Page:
Homily

Accept the Invitation

Three questions to ask yourself this morning:  1. Do you put first things first?  2. Are you fighting your spiritual battles?  3. Have you realized yet that God has a better plan for your life than the one you may be living?

           I can easily say “no” to the first two.  Like everyone, I struggle to prioritize and to always fight the battles against the flesh, but I can honestly say that my life is so much better than I ever thought it would be.  That’s why, as I said a few weeks ago, I’m so grateful.  God took a punk kid and turned him into one of His priests.

           I know others may not feel that way – even some priests – who feel that life is just not what that had hoped it would be.  If I could guess why – and, of course, not all situations will be the same – I would just say it probably has to do with question #1:  Do you put first things first?  Are you listening for God’s guidance, looking for God’s way, feeling God’s presence even in the most mundane things you are doing?  For example, some people find it almost painful to have to work in the yard, cutting the grass or trimming bushes.  Others may hate washing dishes or clothes.  Still others may look at the liturgy we just celebrated and say, “How many times can you hear the same thing and not be completely bored by it?”  You see, it’s all in the mind.  Even some priests struggle with apathy, boredom and a lack of vision.  I recently calculated that I’ve celebrated liturgy as a priest close to 2,500 times and yet, every single time I raise the gospel, it’s new and yet comfortably familiar, just as it is for many of you.

           Today’s gospel speaks exactly to that point:  liturgy and worship – celebrating a feast with Christ.  Like you, I’ve heard this parable dozens of times, but it never really struck me until just a few years ago that this is THE parable par excellence that speaks of the importance of what we do here.  It is, exactly, as you would think:  a formal banquet in the presence of the most important person you could ever imagine – Jesus Christ – and it addresses how you respond not only to His invitation but also to His wise words.  After all, He’s called us together to speak to us, to offer Himself to us and to give us our marching orders once we leave the banquet.  Is there anything more important?  Anything?  I think not.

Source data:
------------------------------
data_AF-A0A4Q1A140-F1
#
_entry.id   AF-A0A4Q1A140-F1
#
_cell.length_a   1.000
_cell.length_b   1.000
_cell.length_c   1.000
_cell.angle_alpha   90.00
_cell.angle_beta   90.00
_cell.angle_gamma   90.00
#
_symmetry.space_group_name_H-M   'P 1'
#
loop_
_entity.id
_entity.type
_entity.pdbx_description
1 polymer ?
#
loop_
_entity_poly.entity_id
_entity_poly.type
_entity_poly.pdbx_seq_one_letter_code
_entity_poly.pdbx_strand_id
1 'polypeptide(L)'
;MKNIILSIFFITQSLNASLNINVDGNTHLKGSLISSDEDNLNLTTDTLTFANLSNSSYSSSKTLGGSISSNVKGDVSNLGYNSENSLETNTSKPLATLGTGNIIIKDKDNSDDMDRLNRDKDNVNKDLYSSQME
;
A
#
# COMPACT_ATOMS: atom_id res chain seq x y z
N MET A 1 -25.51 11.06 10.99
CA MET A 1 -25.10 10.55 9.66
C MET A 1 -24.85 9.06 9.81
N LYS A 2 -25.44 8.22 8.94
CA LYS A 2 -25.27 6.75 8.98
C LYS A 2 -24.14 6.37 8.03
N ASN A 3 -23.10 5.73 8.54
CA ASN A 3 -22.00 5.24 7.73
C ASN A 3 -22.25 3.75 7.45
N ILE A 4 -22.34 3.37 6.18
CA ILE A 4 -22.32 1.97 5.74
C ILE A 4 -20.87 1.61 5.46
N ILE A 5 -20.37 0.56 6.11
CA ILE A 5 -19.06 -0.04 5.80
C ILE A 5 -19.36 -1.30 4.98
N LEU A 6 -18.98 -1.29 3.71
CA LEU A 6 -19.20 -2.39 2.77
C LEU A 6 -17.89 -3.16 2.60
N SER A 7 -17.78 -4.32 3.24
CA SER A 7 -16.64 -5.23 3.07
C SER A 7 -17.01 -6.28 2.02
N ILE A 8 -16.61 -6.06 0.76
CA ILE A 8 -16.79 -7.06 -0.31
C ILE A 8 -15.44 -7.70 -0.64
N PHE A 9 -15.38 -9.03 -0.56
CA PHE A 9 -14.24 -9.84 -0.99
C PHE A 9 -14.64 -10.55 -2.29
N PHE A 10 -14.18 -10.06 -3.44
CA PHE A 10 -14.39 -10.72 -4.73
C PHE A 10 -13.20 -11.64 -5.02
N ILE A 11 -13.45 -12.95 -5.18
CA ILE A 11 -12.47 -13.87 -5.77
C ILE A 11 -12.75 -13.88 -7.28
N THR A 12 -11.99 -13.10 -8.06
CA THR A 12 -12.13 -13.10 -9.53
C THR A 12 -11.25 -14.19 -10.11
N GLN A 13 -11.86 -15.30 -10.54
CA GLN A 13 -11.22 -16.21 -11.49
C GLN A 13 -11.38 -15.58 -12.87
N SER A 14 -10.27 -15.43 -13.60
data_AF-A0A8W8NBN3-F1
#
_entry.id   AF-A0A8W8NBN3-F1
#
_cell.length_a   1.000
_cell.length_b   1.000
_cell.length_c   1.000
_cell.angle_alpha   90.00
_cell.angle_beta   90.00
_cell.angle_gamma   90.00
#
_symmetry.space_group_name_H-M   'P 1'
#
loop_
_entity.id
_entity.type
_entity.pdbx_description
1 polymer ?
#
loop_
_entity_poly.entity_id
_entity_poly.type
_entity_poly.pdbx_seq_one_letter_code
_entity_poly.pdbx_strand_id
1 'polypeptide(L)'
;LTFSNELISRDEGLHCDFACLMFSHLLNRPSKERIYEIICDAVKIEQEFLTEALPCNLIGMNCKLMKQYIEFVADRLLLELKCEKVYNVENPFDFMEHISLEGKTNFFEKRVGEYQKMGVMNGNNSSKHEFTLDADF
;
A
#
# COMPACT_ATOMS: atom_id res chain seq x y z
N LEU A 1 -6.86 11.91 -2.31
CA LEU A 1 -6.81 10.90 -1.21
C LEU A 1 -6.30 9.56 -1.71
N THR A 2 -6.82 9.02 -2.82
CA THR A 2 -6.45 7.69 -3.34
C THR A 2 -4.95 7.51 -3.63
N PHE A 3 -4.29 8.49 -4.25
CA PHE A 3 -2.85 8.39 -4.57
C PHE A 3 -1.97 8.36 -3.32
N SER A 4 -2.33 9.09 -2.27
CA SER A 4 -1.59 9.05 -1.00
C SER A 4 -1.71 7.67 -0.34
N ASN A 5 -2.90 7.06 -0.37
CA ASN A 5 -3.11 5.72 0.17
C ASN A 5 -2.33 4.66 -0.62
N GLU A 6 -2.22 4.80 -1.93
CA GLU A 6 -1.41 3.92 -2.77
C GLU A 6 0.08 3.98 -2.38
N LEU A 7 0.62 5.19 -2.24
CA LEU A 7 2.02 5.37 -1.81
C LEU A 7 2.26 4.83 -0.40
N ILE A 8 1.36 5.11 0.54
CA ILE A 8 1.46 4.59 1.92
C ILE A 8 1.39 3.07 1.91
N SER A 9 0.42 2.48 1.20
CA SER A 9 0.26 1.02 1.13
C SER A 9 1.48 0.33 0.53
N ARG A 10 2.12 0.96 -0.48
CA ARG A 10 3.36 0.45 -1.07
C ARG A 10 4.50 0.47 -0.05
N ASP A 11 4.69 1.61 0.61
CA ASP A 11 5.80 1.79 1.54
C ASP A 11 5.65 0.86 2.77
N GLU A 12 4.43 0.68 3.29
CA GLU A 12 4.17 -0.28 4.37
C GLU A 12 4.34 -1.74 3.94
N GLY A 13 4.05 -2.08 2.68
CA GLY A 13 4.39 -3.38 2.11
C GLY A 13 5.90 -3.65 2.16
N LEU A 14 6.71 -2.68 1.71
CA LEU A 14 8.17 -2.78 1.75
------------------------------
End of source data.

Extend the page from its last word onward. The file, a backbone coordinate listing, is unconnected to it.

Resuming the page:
Now, what do we see in the gospel?  Rejection!  It was common then just as it is now.  Christ is rejected apparently for the most ridiculous reasons:  looking at a field, looking at some oxen, and being married.  What you may not know is that these very reasons are mentioned in the OT as valid reasons to avoid military service.  If you were a farmer of crops or animals or newly married, you didn’t have to serve the king.  But here, Jesus is saying, “Those reasons are no longer valid when you serve the King of kings.  That relationship between Him and us is the priority in all of life.  It’s not your restaurant, your hobby, your family, or anything else.  It is that relationship between God and each of us that will define your soul, that will determine your salvation and, ultimately, probably define your life on this earth as well.

           St. Paul’s epistle speaks to us today as it did to the Colossians 2000 years ago, telling us that the disobedient children will be rejected because they have willfully rejected innumerable times the salvation that God had prepared for them.  On the other hand, those who truly experience a new life, who become a new creation, and leave behind the selfish, self-gratuitous, evil ways that once defined them will be like a mirror image of God Himself.  Here we have, once again, another veiled example of theosis, becoming like God by simply following and emulating Him.

           So, in the end, we can become like St. Dionysios of Zakynthos, whose feast day is today.  We could become known for accepting the invitation of Christ as often as He calls us or we could find ridiculous excuses to lead ourselves to destruction.  We could be loving, forgiving, compassionate Christ-lovers or we could follow the way that the world leads us:  to isolation, jealousy, and greed, which St. Paul says, is idolatry.  So, answer the call, receive the King, listen to the Master and accept His invitation.

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